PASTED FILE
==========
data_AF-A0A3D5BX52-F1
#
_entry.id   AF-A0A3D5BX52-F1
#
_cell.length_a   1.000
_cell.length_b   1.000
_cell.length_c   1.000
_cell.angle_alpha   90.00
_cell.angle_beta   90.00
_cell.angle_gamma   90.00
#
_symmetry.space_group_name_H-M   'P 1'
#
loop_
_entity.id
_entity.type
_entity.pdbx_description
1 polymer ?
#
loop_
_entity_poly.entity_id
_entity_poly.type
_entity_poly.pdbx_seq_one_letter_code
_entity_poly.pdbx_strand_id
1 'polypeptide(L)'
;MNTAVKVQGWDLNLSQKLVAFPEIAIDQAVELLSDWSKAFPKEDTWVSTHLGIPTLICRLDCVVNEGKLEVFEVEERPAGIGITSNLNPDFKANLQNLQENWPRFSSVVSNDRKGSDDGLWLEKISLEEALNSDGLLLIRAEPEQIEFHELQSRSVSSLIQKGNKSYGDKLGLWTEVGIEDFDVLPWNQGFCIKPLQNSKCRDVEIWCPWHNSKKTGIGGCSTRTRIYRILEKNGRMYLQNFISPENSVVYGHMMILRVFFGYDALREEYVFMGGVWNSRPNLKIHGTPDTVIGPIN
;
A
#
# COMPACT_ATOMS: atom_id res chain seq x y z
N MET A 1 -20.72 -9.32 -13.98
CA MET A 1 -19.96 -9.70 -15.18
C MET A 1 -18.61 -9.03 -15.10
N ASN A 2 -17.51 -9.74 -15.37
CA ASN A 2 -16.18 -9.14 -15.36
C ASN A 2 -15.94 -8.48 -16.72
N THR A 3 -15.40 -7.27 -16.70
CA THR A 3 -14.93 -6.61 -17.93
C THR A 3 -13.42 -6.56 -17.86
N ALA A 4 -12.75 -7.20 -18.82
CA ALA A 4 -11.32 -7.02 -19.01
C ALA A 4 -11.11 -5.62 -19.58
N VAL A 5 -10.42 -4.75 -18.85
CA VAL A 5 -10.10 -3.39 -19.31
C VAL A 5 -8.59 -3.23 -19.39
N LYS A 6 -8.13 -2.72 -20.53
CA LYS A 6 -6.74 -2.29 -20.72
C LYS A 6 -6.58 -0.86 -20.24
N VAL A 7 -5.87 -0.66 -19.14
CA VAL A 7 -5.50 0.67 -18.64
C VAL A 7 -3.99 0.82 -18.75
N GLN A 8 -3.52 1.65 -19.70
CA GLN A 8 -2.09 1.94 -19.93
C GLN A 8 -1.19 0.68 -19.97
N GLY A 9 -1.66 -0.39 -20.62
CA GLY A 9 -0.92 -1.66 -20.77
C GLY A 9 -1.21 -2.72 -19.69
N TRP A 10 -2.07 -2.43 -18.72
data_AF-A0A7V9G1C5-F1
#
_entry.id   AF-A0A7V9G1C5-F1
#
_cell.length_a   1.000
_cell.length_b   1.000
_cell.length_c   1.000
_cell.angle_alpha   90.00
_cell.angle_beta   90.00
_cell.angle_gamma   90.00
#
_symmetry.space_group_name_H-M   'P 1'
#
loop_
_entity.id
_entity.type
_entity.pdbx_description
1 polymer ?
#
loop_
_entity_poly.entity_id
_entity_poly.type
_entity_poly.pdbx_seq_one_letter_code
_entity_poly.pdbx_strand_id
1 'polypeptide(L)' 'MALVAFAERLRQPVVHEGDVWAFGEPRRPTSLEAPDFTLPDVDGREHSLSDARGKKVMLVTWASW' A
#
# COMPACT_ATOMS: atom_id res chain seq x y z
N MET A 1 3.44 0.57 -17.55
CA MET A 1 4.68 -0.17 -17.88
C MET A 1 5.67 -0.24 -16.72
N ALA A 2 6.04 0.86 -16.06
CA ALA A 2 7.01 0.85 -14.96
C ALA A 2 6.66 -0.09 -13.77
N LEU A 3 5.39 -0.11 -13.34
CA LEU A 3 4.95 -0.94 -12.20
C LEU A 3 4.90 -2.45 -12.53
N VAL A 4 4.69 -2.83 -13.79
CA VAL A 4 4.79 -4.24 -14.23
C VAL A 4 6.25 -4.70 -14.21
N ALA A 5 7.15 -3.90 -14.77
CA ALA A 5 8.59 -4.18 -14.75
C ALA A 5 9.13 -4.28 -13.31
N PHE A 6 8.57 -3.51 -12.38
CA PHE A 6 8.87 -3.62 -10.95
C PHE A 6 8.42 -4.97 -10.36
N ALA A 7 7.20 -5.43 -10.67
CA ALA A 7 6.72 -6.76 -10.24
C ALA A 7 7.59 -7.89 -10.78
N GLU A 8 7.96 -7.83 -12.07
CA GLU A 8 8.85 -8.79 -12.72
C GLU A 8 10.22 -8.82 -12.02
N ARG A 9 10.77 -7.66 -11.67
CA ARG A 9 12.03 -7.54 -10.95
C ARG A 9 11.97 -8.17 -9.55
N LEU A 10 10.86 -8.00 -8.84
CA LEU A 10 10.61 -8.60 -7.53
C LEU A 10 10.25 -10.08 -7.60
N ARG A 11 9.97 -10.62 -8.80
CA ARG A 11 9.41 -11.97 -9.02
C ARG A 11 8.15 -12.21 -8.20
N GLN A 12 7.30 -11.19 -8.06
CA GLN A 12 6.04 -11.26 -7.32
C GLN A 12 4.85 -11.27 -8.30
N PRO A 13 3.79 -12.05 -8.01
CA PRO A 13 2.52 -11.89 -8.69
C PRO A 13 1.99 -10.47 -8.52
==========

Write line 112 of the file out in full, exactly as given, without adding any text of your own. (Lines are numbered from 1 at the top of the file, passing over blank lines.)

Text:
C ARG A 9 11.97 -8.17 -9.55